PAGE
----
Kian Goh: From Urban Resilience to Climate Justice
Kian Goh is an assistant professor of urban planning at the University of California, Los Angeles. She researches urban ecological design, spatial politics, and social mobilization in the context of climate change and global urbanization. Dr. Goh's current research investigates the spatial politics of urban climate change responses, with fieldwork sites in cities in North America, Southeast Asia, and Europe. More broadly, her research interests include urban theory, urban design, environmental planning, and urban political ecology. As a professional architect, she cofounded the design firm SUPER-INTERESTING! and has practiced with Weiss/Manfredi and MVRDV. She received a Ph.D. in Urban and Environmental Planning from MIT, and a Master of Architecture from Yale University. Dr. Goh is the author of the book Form and Flow: The Spatial Politics of Urban Resilience and Climate Justice (MIT Press 2021). Other recent publications include articles in Cambridge Journal of Regions, Economy, and Society, Journal of the American Planning Association, International Journal of Urban and Regional Research, Urban Studies, and Annals of the American Association of Geographers.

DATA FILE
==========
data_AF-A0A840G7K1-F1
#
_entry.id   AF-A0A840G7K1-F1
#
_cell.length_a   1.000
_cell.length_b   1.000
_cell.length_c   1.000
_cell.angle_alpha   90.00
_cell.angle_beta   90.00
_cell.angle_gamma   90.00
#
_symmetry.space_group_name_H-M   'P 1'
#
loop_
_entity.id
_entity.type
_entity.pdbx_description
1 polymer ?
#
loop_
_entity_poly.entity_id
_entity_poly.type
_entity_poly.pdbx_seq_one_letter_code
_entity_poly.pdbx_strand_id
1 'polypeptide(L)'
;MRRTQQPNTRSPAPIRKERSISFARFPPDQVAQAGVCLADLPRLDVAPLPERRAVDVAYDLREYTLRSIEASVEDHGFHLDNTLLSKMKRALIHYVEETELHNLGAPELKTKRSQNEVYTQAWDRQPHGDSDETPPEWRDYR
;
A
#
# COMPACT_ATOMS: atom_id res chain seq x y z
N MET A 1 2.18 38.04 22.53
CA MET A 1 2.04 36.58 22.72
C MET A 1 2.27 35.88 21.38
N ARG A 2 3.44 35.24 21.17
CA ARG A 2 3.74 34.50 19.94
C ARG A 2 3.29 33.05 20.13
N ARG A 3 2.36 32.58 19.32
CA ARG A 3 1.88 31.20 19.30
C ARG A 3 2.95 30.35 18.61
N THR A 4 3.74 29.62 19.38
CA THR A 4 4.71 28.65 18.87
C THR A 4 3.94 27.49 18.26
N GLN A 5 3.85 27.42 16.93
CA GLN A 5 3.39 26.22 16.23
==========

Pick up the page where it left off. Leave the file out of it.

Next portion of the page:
Kian Goh speaks about her new book Form and Flow: The Spatial Politics of Urban Resilience and Climate Justice. The book examines the politics around climate change response strategies in three cities and the mobilization of grassroots activists to fight the perceived injustices and oversights of these plans. Goh explores initiatives such as Rebuild By Design in New York, the Giant Sea Wall masterplan in Jakarta, and Rotterdam Climate Proof, and discovers competing narratives, including community resiliency in Brooklyn and grassroots activism in the informal "kampungs" of Jakarta. Looking through the lenses of urban design and socioecological spatial politics, she reveals how contested visions of the future city are produced and gain power. Goh describes, on the one hand, a growing global network of urban environmental planning organizations intertwined with capitalist urban development, and, on the other, social movements that themselves often harness the power of networks. She reframes the critical concerns of urban climate change responses, presenting a sociospatial typology of urban adaptation and considering the notion of a "just" resilience.